The official blog of author Jean Marie Bauhaus

Tag: tips

No More “Product” – Frugal & Sustainable Beauty and Hygiene

Frugal BeautyI’m in the process of weening myself off of store-bought beauty and hygiene products. There are a lot of reasons for this; for one thing, it’s saving us a lot of money. Products are expensive, and even the cheaper alternatives like Suave or generic brands add up to quite the chunk of change over time. The natural alternatives I’m switching to tend to be much more frugal, and they tend to be things we keep around the house already.

Store-bought products also tend to violate the survival rule of only packing or storing items that have at least two or three different uses. Oh, sure, a bottle of hairspray can double as fuel for fire starting in a pinch, and as a flame thrower if you find yourself under attack by a zombie horde, but most other beauty and hygiene products are pretty much single use. Also, if TEOTWAWKI ever happens, it’s not like I’ll just be able to skip down to Walmart for new shampoo and toothpaste when I run out. Natural alternatives tend to be a little more sustainable, and by switching now, at least I’ll stand a chance of being able to keep up my beauty routine after the poo hits the fan.

Survival On a Budget

One question I see pop up from time to time in preparedness forums and comment threads is, “What can I do to prepare if I have a limited income?” Another variation of this question is, “So really, am I screwed?”

The problem with a lot of budget-conscious advice is that it always tends to assume that there is some luxury you can easily give up to help meet your goals. But what if you’ve already given up all the luxuries and you are already surviving on a diet of Top Ramen? Do you just plan on stockpiling as much ramen as possible and hope for the best?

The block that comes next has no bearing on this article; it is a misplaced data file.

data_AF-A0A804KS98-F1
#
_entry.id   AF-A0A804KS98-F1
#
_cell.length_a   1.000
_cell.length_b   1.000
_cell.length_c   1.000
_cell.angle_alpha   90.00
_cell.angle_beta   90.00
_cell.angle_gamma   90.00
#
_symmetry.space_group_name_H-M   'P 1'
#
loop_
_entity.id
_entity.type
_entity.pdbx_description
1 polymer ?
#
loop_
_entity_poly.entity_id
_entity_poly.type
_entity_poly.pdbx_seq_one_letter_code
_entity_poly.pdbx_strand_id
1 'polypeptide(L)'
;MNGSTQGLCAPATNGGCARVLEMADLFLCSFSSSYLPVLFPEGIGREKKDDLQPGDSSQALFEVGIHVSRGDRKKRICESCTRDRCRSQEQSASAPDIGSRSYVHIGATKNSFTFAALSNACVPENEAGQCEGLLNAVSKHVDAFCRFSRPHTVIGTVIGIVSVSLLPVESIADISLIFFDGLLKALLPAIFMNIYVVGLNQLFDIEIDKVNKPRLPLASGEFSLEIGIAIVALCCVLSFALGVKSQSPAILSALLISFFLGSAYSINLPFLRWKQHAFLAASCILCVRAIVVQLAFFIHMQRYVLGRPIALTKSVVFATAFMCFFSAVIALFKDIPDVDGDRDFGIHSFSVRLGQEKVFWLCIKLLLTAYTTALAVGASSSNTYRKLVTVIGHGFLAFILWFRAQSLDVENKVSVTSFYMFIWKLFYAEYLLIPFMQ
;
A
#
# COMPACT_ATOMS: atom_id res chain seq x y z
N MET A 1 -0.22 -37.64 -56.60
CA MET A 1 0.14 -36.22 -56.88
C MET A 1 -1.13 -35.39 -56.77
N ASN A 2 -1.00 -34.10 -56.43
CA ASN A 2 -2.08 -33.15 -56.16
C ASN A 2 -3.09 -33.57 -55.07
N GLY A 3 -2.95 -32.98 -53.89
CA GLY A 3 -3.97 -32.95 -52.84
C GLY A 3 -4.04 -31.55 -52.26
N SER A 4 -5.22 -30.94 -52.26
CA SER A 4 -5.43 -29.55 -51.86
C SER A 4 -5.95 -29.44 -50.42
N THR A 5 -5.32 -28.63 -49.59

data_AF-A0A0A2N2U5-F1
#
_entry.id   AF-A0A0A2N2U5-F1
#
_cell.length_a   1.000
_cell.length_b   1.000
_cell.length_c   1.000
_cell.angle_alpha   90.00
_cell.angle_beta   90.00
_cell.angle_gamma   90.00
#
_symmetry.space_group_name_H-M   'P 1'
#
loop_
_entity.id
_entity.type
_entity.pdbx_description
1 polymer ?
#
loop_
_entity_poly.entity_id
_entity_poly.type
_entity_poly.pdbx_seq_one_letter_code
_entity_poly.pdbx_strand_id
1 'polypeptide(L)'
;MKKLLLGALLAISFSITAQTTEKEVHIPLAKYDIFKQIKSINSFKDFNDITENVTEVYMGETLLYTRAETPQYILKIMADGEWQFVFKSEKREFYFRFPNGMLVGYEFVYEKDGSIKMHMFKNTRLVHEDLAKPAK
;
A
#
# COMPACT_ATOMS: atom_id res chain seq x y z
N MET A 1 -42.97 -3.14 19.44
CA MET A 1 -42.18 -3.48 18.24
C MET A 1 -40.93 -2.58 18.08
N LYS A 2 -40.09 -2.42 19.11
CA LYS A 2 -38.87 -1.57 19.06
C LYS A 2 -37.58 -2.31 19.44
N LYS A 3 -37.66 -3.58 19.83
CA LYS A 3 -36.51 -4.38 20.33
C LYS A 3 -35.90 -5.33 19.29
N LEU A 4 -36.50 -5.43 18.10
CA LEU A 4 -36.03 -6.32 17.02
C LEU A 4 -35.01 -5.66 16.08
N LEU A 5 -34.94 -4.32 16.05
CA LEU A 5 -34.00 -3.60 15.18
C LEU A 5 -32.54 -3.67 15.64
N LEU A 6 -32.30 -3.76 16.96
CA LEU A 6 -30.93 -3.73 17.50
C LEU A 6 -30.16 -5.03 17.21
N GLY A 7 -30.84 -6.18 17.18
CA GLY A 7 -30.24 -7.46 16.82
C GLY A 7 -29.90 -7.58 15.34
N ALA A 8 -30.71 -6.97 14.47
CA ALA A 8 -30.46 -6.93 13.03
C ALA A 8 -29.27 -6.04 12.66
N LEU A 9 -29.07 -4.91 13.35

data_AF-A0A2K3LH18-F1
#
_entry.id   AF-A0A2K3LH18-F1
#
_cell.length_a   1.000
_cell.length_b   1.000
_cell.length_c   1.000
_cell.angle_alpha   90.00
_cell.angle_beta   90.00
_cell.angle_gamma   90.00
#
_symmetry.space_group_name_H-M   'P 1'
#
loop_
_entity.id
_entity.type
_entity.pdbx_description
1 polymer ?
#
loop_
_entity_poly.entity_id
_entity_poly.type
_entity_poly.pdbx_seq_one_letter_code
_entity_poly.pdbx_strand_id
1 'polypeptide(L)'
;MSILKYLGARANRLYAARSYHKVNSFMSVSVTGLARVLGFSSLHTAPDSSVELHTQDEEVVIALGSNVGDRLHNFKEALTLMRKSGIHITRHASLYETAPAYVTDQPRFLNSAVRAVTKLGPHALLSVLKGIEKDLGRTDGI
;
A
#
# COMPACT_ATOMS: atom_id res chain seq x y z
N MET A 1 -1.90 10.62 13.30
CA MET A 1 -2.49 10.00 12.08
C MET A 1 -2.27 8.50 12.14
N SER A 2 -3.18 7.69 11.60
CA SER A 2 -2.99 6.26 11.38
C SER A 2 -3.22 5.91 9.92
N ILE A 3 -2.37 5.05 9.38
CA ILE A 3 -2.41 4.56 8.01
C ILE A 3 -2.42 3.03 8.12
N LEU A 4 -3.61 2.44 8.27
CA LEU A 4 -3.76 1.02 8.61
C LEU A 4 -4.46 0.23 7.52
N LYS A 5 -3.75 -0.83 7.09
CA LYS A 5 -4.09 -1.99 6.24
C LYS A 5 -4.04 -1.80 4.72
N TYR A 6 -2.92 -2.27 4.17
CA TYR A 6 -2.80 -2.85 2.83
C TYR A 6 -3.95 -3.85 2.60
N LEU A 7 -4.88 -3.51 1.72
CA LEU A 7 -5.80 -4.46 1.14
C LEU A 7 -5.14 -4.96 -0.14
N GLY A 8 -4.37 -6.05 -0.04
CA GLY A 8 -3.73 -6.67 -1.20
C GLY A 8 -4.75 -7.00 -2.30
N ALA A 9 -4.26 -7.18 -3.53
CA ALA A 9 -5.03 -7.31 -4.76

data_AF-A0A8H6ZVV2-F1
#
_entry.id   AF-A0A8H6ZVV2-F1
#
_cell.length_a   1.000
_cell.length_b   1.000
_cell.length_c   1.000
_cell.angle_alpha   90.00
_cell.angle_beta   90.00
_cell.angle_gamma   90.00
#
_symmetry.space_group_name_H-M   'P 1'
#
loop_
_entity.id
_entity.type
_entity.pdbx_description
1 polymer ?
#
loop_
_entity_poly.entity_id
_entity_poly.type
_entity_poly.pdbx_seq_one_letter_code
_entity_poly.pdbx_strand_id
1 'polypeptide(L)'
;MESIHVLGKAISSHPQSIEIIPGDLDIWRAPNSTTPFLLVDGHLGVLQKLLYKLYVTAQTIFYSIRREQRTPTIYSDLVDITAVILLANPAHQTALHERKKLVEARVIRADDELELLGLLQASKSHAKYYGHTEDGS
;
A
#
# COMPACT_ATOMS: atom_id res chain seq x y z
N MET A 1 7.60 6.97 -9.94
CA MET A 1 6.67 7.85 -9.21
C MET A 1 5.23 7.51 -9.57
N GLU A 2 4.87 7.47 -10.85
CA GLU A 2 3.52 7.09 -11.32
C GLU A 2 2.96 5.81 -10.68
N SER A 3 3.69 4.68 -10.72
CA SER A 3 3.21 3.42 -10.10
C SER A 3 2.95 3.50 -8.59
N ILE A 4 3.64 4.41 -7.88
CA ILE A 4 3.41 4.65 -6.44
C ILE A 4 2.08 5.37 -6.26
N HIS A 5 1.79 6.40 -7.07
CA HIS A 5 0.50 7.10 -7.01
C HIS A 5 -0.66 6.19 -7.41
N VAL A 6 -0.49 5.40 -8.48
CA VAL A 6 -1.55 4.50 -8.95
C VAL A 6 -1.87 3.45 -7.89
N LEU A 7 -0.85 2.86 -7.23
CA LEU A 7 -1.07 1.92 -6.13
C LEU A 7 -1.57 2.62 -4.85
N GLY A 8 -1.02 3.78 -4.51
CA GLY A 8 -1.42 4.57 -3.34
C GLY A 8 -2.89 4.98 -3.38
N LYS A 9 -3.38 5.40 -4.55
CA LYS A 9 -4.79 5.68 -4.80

Not-So-Obvious Survival Tips: Rotate Your Food Stash

I just had a can of Beanee Weenee for lunch that was over two years old. Since money has been tight lately (hasn’t it been for everybody?), we’ve been making our grocery budget stretch by dipping into our emergency stores, and it’s a good thing. Since making sure we had several weeks’ worth of canned goods on hand (a lesson we learned thanks to the 2007 ice storm that blanketed much of the midwest) shortly after we moved into our house three years ago, we haven’t touched that food ever since.

So here’s something that might not be obvious to everybody (as my over two-year-old lunch makes it plain that it wasn’t obvious to us): canned goods and other types of stored food don’t last forever. Most canned goods start losing both flavor and nutritional value after about two years. Much longer than that, and they can start to become unsafe to eat. That’s why it’s important to rotate your emergency stash.

Disaster Preparedness For Beginners

This is not coming from a survival expert or a seasoned prepper. I myself am barely more than a beginner. Of course, living in Oklahoma, land of tornadoes, wild fires, intense heat and drought, devastating ice storms, large hail and now earthquakes, you generally grow up knowing to be at least somewhat prepared for disaster. But as far as seriously preparing to survive a true, out-of-the-ordinary SHTF scenario, my husband and I are just getting started.

One lesson I’ve learned is how overwhelming it can be, once you’ve made the decision to try to reasonably prepare as much as possible for every disaster, terrorist attack, zombie invasion or breakdown of society imaginable. Suddenly, you find yourself able to imagine a LOT that can go wrong, and it’s easy to become discouraged once you realize it’s simply not possible to prepare for every single possibility that you read about or that crosses your mind. There’s also a tendency to panic, to want to do everything possible to get ready NOW, even if it means running up a lot of debt or spending all of your savings to make sure there’s a year’s worth of food and water in your pantry. Just last week, my husband had to talk me down from wanting to sell our house immediately and move in with my mom out in the country and start a mini farm in her back yard.

Here are some steps I’ve learned to help mitigate the sense of panic and overwhelm.

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